The online gallery “LTNX Artes” is in progress and can be followed on Instagram @ltnxartes and Facebook . The name is a mix of the term “Latinx,” a gender-neutral or nonbinary alternative for “Latino” or “Latina,” and “artes,” the Spanish word for art.

“For LTNX Artes, I’m interested in the documentation, preservation and development of Latinx arts and culture within the Pacific Northwest,” Gonzales said. “And that includes all that’s happening here in terms of music, food, dance, visual arts, performing arts, literature and just a wide variety of creative and cultural discussions.”

Gonzales hopes his website will make being a creative in Spokane easier for Latinx artists looking to show and sell their works – and to connect with their community. “It was difficult when I first came to Spokane to meet other Latinx people because I didn’t know where we were,” Gonzales chuckled. “I had to look for them.”

In addition to helping build a creative Latinx community, Gonzales is producing and showing his own works. This fall, he teamed up with Jeni Hegsted at Coeur d’Alene’s Emerge Gallery to create “Nuestro Esperanza, Nuestro Futura,” a show that explored the hopes and dreams of Latinx artists in the Pacific Northwest.

Gonzales also recently collaborated with local Spokane director and filmmaker Juan Mas on the set design for Stage Left Theater’s season opener “References to Salvador Dali Make Me Hot.” Mas contacted Gonzales after finding his LTNX Artes online gallery on social media.

“(Mas) liked what I’m trying to do through LTNX Artes and asked about my background,” Gonzales said. The artist’s involvement in the Chicano arts scene in San Antonio dates back to the early 1990s. Gonzales’ arts education meant he was well-versed in Dali’s history and style. Mas chose Gonzales to create a surreal-looking set based on Dali’s work.

“References to Salvador Dali,” by Puerto Rican playwright Jose Rivera, made its Washington premiere last September at Spokane’s Stage Left. The poetic and brazen production featured a remarkably diverse cast for Spokane.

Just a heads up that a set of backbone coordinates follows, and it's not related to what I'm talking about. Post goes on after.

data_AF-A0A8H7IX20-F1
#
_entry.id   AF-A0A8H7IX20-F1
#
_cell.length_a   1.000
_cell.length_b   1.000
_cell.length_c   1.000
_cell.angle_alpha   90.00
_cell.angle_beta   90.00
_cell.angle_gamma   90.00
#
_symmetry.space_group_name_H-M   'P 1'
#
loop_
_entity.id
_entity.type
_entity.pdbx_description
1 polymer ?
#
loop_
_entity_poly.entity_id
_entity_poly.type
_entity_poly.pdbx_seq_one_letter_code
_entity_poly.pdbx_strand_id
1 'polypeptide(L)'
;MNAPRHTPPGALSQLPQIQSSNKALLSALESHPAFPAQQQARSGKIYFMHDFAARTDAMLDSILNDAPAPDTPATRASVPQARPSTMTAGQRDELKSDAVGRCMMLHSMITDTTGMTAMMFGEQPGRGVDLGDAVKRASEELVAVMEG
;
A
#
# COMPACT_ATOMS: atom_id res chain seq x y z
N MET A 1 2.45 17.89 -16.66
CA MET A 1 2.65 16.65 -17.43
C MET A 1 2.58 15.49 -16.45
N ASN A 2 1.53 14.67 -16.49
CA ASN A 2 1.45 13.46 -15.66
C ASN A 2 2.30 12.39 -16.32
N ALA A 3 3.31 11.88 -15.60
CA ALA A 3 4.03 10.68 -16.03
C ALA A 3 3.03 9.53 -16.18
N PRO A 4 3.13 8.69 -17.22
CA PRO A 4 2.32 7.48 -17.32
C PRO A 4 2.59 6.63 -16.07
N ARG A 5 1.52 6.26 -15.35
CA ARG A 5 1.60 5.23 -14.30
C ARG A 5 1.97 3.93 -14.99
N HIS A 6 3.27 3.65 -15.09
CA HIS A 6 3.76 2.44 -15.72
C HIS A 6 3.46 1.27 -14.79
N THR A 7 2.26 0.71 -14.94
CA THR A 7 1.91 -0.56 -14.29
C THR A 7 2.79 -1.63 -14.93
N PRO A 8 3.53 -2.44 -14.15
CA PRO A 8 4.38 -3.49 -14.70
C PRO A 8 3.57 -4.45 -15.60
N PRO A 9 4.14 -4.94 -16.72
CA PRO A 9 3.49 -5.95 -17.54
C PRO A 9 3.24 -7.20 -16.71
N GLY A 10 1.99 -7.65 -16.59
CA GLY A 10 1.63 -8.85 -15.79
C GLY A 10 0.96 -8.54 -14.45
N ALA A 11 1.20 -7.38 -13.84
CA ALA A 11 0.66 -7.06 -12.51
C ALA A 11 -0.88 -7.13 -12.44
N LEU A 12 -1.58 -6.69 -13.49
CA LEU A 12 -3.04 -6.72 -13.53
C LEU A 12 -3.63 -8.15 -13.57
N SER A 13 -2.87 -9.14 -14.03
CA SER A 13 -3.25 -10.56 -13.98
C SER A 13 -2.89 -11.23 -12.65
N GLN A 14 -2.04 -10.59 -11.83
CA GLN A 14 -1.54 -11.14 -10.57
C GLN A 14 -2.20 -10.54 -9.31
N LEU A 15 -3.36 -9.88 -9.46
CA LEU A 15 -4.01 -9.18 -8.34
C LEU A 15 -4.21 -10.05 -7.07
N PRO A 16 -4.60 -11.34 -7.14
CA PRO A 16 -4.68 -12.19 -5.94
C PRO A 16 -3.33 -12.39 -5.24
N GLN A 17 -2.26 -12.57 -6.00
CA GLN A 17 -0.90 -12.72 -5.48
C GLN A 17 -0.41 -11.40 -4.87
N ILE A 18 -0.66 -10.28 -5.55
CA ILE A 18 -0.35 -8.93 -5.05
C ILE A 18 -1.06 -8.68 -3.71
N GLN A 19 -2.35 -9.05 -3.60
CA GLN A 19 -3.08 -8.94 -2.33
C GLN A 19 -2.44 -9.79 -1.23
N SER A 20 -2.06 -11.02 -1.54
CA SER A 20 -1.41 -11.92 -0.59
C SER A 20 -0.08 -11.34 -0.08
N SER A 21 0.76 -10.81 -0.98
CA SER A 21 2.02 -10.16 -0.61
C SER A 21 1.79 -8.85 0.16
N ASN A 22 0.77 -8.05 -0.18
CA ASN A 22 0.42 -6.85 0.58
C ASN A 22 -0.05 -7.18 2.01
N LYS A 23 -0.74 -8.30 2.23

It also marked Gonzales’ first set design work. “I love what Stage Left is doing bringing together the diversity of Spokane and quite literally putting them on a stage for people to see and enjoy,” Gonzales said.

Gonzales’ local creative spurt continued when he hosted an exhibition in mid-September of his work along with that of artist Ginny Brennan. The show was ¡Celebramos!, a celebration of Latinx arts and culture at Spokane Gallery in Spokane Valley for Hispanic Heritage Month.

Two of Gonzales’ mixed-media pieces were featured in October’s Terrain. His first local solo show was last month in William Grant Gallery & Framing in Kendall Yards. On Saturday from 5-8 p.m., Gonzales will open “Film Leaders,” collaboration he curated, and that will be presented by artist LauraLee White’s La Resistance Art Gallery on East Sprague. The exhibition, which runs through Nov. 30, is a collection of works by Gonzales and four other local artists exploring the craft of film-based photography.

Also this weekend, Gonzales will travel to Washington, D.C., to speak at the annual convening of the Arts Administrators of Color. He will discuss the importance of intercultural collaboration and cultural identity.

Gonzales’ message to other artists is simply to be themselves. Don’t try to fit into any one culture that society demands. He tells the story of an artist who is part Irish and part Mexican who worried that he couldn’t be on the LTNX Artes website because his artwork wasn’t “Mexican looking.”

“I told him all that matters is the art comes from your heart, your corazon, man,” Gonzales said. “That feeling of not being one thing or another is what you have been battling with your whole life – being Irish, being Mexican, you are the two, you know. Embrace it.”